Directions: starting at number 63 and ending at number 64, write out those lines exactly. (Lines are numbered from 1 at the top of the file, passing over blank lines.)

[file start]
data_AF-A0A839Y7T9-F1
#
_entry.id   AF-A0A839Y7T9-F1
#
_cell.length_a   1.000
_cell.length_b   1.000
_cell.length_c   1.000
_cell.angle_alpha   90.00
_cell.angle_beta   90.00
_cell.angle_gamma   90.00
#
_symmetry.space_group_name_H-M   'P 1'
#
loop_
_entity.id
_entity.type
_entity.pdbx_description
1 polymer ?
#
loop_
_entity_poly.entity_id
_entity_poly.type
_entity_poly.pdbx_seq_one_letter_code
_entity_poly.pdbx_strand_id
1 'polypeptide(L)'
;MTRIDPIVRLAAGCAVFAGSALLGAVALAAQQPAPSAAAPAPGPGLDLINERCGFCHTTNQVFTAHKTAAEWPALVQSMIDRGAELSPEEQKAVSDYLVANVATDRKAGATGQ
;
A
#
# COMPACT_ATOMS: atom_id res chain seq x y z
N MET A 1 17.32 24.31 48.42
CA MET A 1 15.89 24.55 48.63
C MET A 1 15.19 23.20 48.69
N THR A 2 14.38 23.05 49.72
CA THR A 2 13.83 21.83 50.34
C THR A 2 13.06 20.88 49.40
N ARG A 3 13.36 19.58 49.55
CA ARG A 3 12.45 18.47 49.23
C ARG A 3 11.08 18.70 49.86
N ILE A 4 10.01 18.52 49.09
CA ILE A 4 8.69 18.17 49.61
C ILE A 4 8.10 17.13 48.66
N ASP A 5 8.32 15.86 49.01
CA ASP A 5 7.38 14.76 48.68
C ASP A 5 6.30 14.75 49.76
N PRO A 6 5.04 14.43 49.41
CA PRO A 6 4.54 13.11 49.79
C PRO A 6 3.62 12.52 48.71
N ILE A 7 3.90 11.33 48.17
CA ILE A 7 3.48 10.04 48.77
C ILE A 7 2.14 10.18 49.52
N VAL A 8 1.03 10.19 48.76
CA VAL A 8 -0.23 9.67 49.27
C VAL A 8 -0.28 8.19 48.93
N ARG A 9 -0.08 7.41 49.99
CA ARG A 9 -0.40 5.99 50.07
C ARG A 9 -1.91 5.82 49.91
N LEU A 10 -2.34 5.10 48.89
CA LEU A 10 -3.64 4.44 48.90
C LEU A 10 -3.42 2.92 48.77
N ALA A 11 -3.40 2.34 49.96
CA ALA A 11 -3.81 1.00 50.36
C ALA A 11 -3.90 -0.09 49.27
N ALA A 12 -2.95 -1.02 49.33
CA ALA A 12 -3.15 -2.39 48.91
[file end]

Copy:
C ALA A 11 -3.90 -0.09 49.27
N ALA A 12 -2.95 -1.02 49.33